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Yoga Can Cause Injury, New York Times Article Says

Have You Ever Injured Yourself From Yoga?

Yoga is generally seen as a therapeutic practice that can alleviate pain from previous injuries and help prevent new ones. But a recent article from The New York Times Magazine highlights the practice as something quite different — yoga can wreck your body. The stories are scary and cautionary: healthy, advanced yogis having strokes, breaking ribs, and experiencing permanent disabilities because of hyperextended joints, prolonged inversions, and too-deep spinal twists.

The problem isn't just that inexperienced people are incorrectly doing the poses, but also that certain poses are risky, especially when they are done for many years at increased flexibility, without regard to your body's limits. Timothy McCall, the medical editor of the Yoga Journal, even calls the basic headstand pose too dangerous to be taught in most yoga classes, and yogi Glenn Black, who had to have spinal surgery to correct injuries he says he got from 40 years of practice, says that "the vast majority of people" (including many yoga teachers) shouldn't be practicing yoga at all because their bodies can't take it.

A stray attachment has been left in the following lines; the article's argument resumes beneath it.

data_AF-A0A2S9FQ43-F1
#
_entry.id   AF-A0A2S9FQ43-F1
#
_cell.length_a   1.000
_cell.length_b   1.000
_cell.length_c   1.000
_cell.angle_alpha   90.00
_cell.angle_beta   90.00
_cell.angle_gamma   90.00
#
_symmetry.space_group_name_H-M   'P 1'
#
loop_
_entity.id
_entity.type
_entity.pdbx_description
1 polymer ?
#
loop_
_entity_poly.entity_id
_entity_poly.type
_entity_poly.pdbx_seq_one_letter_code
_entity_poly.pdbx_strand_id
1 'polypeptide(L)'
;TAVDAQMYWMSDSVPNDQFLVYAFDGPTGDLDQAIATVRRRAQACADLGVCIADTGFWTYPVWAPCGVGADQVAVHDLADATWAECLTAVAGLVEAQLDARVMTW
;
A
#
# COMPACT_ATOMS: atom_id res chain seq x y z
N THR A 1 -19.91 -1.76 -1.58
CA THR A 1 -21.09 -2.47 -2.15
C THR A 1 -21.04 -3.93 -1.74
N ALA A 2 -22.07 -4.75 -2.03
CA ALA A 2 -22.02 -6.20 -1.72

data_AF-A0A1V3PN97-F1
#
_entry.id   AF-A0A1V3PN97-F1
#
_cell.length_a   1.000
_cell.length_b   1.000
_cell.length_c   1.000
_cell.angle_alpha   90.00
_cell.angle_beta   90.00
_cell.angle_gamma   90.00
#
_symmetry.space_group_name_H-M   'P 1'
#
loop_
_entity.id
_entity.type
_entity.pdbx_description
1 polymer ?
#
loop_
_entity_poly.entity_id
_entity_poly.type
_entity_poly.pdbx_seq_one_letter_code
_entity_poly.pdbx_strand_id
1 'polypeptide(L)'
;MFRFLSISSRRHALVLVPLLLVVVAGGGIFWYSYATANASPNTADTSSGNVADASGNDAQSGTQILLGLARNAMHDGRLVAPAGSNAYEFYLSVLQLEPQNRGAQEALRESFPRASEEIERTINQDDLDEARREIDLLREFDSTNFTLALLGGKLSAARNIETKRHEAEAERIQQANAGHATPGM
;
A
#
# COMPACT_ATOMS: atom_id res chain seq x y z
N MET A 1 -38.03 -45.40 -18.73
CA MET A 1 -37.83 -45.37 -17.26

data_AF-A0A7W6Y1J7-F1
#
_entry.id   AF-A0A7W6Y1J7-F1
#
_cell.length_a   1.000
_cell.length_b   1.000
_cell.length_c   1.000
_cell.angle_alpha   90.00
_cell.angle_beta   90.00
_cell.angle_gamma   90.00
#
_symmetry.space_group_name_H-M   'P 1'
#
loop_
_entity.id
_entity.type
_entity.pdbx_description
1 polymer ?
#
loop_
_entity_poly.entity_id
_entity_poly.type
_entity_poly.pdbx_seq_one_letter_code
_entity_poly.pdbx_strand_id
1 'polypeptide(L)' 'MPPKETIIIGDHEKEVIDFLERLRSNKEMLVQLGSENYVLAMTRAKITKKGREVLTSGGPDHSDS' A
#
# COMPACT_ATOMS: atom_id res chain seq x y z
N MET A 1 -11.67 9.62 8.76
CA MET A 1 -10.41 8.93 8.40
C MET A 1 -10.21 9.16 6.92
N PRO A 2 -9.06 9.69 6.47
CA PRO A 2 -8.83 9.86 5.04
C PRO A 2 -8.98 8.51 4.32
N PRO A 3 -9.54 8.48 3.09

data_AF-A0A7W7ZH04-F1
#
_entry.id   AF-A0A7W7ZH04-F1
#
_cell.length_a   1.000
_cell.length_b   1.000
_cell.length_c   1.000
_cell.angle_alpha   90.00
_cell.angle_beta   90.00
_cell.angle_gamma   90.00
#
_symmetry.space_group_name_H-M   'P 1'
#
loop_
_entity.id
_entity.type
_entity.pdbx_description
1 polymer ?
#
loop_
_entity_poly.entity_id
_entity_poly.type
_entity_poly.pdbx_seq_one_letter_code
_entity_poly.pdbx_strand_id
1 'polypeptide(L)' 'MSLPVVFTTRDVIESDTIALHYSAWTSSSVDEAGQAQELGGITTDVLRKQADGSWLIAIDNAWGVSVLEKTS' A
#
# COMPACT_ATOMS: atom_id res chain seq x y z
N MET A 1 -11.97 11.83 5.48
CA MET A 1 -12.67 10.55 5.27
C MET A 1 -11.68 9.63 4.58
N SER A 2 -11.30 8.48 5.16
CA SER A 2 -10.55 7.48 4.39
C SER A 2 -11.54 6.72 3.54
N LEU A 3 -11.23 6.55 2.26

The article is a good reminder to check your ego at the studio door and don't push yourself over what your body can handle (and never compete with the room!). "If you do [yoga] with ego or obsession, you'll end up causing problems," Black says. I've found that most teachers make sure to tell their students this. When I took a beginner yoga series at my neighborhood studio, my instructor asked all of us newbies before we started if we had any preexisting injuries and cautioned that some poses would have to be modified to ensure that no one would make their injuries worse, and most importantly, to stop immediately if we experienced any pain or discomfort.

What about you? Have any of you ever been injured from practicing yoga? Tell us the pose you think caused your injury in the comments section below.

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